Just as farmers plant and reap with the seasons, political journalists consult the calendar for the best time to scatter seed and harvest, with second-term inaugurations being the preferred juncture to deploy temple-tapping discussions of the “second-term curse,” the notion that special doom awaits any modern president who wins the White House a second time.
The great fact-checking crusade of 2012 by FactCheck.org, PolitiFact, The Fact Checker, CNN Fact Check, AP Fact Check, etc. has told us something very important about the workings of democracy that we already knew: Candidates bend the truth, distort the facts, fudge the numbers, deceive, delude, hoodwink, equivocate, misrepresent, and, yes, lie, as a matter of course.
The 2012 Presidential (and Vice Presidential) Debates, a four-part miniseries, will debut on televisions and computer screens around the world on Oct. 3 and continue weekly through the month. The program will feature presidential candidates Barack Obama and Mitt Romney in three episodes, and their understudies, Joe Biden and Paul Ryan, in one.
Be careful about writing Mitt Romney’s political obituary before they fill him with formaldehyde and pour him into his mahogany condo. Like that other frequent Republican presidential candidate, Richard Nixon, Romney has a remarkable talent for stepping into it, sinking and soiling himself rotten as he extricates himself. Romney’s latest stumble — complaining to rich donors about the “47 percent,” which was Webcast by Mother Jones yesterday — would bury a less tenacious candidate. But Romney’s talent for powering past his embarrassments ranks up there with that of Nixon, a champion of compartmentalization who believed that as long as he had a pulse he had a chance of winning the White House.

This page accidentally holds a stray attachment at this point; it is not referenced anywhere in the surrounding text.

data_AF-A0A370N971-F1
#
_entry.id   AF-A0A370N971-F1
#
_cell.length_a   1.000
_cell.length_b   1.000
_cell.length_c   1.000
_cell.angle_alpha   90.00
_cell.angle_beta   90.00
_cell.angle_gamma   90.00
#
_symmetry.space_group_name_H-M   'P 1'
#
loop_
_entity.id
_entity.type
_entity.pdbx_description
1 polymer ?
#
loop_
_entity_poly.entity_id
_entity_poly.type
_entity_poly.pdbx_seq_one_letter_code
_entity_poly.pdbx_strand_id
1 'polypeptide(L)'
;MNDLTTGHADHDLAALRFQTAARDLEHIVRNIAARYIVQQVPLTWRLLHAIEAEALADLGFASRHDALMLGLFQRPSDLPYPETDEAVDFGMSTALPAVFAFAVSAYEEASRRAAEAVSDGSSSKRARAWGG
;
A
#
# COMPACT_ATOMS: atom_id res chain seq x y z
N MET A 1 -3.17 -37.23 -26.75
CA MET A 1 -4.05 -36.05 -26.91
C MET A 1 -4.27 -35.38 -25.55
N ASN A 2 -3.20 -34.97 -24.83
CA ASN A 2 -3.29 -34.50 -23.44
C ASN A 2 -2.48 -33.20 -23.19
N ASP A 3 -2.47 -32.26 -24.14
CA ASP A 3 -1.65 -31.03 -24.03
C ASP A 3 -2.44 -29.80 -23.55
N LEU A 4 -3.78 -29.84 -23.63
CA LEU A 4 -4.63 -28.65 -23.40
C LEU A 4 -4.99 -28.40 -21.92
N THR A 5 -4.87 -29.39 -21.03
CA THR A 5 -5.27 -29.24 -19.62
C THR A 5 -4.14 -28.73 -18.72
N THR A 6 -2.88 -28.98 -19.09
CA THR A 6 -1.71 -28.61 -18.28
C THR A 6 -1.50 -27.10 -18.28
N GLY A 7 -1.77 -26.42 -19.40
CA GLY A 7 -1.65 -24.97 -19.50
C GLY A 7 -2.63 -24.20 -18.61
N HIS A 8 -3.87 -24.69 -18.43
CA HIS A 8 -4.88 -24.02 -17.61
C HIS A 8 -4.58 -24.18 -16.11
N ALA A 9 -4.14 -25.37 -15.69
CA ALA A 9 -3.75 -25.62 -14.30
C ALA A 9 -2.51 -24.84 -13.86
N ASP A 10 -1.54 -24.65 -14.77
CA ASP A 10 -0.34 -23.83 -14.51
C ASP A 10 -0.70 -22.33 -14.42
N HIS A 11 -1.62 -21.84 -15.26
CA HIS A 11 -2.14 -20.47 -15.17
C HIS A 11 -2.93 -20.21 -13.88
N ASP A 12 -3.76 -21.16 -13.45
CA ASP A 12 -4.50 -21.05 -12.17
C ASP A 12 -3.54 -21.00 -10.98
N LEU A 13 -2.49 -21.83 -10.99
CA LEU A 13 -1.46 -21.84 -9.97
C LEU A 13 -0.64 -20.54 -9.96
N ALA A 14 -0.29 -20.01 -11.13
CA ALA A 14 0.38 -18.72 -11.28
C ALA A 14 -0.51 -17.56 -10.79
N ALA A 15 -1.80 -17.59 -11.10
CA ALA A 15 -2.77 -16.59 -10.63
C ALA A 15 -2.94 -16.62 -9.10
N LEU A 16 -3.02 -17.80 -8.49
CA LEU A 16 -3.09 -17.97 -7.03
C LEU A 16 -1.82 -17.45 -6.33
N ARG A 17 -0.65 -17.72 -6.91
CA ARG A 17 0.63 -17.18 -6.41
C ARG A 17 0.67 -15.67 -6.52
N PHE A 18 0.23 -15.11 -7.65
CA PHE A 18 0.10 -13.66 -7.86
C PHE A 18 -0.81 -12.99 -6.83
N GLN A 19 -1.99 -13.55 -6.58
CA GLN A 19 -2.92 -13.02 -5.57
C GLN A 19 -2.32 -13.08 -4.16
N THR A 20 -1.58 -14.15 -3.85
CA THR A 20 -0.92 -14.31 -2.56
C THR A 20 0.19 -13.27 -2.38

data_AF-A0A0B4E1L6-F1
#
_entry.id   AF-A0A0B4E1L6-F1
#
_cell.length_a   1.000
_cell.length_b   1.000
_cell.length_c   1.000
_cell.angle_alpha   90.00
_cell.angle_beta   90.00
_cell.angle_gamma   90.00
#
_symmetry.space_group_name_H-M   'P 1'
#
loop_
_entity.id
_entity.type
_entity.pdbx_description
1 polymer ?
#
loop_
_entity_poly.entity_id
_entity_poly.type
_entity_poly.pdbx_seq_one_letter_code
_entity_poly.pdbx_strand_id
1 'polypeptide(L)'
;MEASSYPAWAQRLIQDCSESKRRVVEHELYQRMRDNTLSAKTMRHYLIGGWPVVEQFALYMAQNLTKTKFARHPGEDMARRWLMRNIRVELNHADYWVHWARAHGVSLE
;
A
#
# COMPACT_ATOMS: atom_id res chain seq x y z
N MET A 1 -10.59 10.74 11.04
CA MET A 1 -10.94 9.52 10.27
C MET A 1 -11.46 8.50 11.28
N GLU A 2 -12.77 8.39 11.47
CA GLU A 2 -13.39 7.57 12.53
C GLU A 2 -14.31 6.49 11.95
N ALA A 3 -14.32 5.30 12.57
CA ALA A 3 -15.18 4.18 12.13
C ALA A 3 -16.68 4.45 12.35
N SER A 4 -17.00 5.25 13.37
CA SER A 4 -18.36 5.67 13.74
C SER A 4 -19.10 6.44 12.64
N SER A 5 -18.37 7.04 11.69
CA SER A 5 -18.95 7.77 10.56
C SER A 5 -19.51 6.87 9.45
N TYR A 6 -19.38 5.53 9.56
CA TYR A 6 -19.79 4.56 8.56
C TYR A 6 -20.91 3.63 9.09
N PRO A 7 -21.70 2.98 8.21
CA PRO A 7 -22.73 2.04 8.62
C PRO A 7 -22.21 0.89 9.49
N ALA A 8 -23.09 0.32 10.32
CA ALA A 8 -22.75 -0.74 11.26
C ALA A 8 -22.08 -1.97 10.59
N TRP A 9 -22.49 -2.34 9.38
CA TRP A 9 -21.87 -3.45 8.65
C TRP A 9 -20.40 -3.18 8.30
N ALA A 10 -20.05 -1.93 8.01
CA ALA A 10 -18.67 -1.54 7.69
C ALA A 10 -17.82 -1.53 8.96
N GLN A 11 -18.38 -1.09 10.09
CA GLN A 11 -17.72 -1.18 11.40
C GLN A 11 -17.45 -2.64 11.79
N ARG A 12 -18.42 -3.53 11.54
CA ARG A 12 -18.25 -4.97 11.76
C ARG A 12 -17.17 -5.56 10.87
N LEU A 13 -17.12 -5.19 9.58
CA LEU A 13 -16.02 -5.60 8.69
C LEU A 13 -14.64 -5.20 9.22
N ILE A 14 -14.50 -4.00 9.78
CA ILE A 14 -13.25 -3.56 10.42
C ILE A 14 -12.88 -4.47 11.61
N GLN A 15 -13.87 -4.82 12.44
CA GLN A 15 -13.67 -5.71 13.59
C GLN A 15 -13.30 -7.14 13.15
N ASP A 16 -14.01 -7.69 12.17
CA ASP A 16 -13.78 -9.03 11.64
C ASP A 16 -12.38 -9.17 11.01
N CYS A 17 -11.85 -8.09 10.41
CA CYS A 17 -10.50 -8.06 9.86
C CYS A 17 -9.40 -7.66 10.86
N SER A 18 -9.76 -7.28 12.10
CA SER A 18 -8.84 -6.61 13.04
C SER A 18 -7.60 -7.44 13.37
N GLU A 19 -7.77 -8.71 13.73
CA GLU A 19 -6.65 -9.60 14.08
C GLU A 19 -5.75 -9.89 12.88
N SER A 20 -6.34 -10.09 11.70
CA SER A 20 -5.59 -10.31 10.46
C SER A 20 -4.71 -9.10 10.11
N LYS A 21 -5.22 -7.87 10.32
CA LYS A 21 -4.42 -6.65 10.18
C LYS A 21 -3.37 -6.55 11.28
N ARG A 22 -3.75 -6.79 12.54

If you’ve kept your shirt dry while canoeing the rivers of our current presidential campaign, it’s likely that you’ve been skilled enough to avoid the logjams and snags of “dishonesty” and “lies” that the parties and press have flung into the water. While it’s true that politicians and their campaigns and their ads routinely lie — I hear no disagreement on that point, so I’ll continue — never have politicians and the press expressed such indignation at campaign exaggerations, fibs and falsehoods.
Nobody will think less of you if you grunt and punt on this week’s Republican National Convention. Go ahead and scan the newspaper and Web accounts of the event if you must, but feel free to watch something else on TV. The same advice goes for the companion production by the Democratic Party in Charlotte next week. But whatever you do, don’t bemoan the attendance of 15,000 reporters trampling one another in their frenzied attempts to get a slice of the thin story, or complain about the wasted money sending them there.
Having secured the nominations of their parties, Barack Obama and Mitt Romney have set their campaign throttles to late-spring idle with a speech here, a speech there, a commencement address over there, and fundraisers and soft TV appearances everywhere. Eventually, the two candidates will stop coasting, but until they do, reporters will continue to lard their work with exercises in meta-journalism, such as today’s 1,800-word Politico piece, “Obama and Romney’s common foe.”
Could David Brooks, Frank Bruni and Joe Nocera be any more disappointed with the Republican Party? Over the last week, the three New York Times columnists have written op-eds about how miserable the ultra-Republicanness of the Republican Party establishment has made life for moderate Republican officeholders.